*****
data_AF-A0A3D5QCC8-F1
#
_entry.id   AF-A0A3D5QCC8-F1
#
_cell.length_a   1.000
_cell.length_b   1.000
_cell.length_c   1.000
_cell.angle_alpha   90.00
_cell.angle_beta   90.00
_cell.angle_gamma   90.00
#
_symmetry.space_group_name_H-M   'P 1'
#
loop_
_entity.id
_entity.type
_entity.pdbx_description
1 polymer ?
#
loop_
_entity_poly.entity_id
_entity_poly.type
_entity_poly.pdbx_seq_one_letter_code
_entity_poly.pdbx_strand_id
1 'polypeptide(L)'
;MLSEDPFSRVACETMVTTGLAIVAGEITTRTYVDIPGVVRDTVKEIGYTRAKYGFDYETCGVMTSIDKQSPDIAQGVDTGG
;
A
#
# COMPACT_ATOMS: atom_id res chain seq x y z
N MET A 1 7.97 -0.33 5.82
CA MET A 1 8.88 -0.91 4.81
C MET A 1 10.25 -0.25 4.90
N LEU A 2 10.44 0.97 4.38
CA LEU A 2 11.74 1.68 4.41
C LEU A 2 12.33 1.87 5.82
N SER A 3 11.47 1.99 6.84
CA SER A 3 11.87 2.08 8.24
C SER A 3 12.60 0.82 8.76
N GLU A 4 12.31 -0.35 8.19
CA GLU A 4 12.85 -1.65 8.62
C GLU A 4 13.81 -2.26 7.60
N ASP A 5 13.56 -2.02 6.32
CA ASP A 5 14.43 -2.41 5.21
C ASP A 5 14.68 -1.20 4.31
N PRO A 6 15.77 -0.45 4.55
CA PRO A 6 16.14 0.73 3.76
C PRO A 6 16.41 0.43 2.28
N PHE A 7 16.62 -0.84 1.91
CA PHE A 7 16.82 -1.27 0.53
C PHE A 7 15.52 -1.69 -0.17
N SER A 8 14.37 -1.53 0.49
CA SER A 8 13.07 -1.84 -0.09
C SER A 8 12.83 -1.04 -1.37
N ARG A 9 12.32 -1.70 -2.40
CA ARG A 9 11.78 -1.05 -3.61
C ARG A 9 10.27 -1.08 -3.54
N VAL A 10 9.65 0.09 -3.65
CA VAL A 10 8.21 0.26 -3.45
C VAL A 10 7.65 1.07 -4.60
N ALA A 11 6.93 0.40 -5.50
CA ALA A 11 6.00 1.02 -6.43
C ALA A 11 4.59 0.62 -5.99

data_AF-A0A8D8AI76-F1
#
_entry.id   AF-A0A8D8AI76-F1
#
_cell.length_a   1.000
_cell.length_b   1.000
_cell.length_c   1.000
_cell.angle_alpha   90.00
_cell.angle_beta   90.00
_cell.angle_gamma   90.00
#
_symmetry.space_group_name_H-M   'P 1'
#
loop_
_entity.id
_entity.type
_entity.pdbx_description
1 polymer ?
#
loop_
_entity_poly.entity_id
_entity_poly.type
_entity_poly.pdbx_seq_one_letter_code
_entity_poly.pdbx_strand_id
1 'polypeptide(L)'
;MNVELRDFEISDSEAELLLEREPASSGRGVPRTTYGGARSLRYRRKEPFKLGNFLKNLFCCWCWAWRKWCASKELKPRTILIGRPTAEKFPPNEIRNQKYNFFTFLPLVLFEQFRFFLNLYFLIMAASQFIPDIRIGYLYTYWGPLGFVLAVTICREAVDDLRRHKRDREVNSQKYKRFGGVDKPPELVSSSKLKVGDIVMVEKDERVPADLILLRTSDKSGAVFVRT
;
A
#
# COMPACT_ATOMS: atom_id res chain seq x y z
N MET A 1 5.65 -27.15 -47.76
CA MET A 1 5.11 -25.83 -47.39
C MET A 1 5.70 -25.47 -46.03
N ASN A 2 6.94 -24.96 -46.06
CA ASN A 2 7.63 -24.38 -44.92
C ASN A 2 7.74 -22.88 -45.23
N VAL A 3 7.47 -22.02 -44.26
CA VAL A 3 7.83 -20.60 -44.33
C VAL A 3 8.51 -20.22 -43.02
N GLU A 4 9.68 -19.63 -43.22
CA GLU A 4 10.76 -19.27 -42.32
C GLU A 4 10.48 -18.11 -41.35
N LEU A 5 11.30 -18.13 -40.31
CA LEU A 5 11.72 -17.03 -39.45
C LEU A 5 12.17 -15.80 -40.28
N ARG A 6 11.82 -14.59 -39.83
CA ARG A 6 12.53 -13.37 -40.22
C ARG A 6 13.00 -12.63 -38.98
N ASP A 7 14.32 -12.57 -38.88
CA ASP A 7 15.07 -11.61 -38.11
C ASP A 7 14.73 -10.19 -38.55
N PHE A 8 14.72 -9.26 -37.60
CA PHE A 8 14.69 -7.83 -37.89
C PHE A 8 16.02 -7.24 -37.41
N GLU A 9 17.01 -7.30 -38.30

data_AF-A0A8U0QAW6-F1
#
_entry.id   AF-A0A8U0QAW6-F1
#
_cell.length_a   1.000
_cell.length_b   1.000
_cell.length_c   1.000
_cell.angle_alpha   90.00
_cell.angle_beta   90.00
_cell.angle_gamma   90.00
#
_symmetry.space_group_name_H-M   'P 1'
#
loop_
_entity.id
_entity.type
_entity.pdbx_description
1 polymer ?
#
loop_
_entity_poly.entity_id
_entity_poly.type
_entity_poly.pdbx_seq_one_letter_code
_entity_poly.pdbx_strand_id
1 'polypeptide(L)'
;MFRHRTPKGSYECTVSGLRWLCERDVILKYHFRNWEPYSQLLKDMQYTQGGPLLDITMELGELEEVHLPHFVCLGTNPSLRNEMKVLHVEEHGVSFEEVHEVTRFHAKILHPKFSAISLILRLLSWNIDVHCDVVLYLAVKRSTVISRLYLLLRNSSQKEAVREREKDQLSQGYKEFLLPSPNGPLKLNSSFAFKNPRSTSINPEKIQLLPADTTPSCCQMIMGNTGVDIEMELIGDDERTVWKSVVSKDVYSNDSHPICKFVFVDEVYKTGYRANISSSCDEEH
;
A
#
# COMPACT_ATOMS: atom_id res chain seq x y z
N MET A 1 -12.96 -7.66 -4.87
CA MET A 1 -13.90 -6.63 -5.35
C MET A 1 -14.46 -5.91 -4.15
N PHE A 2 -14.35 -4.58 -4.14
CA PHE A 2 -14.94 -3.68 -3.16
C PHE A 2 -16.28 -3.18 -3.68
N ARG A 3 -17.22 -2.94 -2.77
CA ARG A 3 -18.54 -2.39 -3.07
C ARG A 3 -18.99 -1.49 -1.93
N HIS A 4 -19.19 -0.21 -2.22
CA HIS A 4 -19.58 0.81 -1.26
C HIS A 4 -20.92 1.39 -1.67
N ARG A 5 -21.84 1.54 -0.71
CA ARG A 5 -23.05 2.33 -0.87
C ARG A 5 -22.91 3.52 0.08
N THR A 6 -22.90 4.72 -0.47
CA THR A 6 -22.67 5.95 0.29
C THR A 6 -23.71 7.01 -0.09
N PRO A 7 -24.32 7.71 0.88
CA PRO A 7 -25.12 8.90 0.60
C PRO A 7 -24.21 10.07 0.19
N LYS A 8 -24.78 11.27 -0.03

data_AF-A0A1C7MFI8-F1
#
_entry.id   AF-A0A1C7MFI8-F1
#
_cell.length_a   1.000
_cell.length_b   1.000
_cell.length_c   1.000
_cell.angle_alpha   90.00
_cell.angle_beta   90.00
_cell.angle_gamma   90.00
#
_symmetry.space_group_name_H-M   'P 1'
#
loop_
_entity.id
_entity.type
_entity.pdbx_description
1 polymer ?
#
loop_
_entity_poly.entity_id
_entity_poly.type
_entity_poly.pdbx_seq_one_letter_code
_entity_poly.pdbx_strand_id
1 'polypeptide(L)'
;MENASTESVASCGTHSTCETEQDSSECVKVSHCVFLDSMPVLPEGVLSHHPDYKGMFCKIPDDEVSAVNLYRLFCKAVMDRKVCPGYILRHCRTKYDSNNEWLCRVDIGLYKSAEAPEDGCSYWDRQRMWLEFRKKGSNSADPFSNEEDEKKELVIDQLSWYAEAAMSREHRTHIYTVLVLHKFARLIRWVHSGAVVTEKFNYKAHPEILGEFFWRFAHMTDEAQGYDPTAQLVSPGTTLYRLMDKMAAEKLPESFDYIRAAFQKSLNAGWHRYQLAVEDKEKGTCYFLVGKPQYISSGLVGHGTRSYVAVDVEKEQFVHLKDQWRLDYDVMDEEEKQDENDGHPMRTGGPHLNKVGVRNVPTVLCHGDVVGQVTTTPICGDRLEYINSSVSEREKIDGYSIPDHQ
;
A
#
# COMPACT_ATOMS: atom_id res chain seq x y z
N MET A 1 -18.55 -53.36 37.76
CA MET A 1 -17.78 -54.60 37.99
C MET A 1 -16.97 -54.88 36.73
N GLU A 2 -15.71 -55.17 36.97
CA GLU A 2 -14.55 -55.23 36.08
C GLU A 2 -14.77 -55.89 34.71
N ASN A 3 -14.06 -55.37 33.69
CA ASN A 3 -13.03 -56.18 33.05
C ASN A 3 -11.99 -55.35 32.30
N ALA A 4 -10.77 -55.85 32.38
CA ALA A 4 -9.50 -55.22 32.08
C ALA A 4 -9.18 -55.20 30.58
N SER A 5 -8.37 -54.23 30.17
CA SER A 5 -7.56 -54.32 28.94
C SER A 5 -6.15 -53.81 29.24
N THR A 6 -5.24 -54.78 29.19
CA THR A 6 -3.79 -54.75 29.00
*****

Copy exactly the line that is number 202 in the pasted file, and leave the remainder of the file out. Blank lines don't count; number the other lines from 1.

CA MET A 1 -17.78 -54.60 37.99